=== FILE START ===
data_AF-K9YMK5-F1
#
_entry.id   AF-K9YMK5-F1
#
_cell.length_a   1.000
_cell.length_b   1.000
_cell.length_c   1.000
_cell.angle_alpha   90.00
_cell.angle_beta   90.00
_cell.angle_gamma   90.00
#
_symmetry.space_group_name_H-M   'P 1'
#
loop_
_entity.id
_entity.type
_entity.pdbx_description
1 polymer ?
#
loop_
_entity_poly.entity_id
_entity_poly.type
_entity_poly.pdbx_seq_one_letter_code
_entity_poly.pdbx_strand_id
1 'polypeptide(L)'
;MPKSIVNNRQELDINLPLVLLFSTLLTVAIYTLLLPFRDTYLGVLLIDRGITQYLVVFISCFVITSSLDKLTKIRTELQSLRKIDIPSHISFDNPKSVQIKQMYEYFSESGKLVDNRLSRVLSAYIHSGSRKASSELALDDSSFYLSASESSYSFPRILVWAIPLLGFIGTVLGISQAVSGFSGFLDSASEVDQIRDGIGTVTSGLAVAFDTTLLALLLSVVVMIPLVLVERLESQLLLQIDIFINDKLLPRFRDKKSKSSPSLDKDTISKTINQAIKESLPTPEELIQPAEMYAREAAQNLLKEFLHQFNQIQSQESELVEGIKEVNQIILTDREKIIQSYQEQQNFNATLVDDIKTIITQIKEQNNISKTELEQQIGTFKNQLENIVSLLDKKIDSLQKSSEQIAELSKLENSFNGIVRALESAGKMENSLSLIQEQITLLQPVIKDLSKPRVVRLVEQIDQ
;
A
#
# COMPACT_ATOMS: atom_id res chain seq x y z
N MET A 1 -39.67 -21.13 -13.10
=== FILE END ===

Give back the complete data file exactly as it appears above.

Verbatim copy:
data_AF-K9YMK5-F1
#
_entry.id   AF-K9YMK5-F1
#
_cell.length_a   1.000
_cell.length_b   1.000
_cell.length_c   1.000
_cell.angle_alpha   90.00
_cell.angle_beta   90.00
_cell.angle_gamma   90.00
#
_symmetry.space_group_name_H-M   'P 1'
#
loop_
_entity.id
_entity.type
_entity.pdbx_description
1 polymer ?
#
loop_
_entity_poly.entity_id
_entity_poly.type
_entity_poly.pdbx_seq_one_letter_code
_entity_poly.pdbx_strand_id
1 'polypeptide(L)'
;MPKSIVNNRQELDINLPLVLLFSTLLTVAIYTLLLPFRDTYLGVLLIDRGITQYLVVFISCFVITSSLDKLTKIRTELQSLRKIDIPSHISFDNPKSVQIKQMYEYFSESGKLVDNRLSRVLSAYIHSGSRKASSELALDDSSFYLSASESSYSFPRILVWAIPLLGFIGTVLGISQAVSGFSGFLDSASEVDQIRDGIGTVTSGLAVAFDTTLLALLLSVVVMIPLVLVERLESQLLLQIDIFINDKLLPRFRDKKSKSSPSLDKDTISKTINQAIKESLPTPEELIQPAEMYAREAAQNLLKEFLHQFNQIQSQESELVEGIKEVNQIILTDREKIIQSYQEQQNFNATLVDDIKTIITQIKEQNNISKTELEQQIGTFKNQLENIVSLLDKKIDSLQKSSEQIAELSKLENSFNGIVRALESAGKMENSLSLIQEQITLLQPVIKDLSKPRVVRLVEQIDQ
;
A
#
# COMPACT_ATOMS: atom_id res chain seq x y z
N MET A 1 -39.67 -21.13 -13.10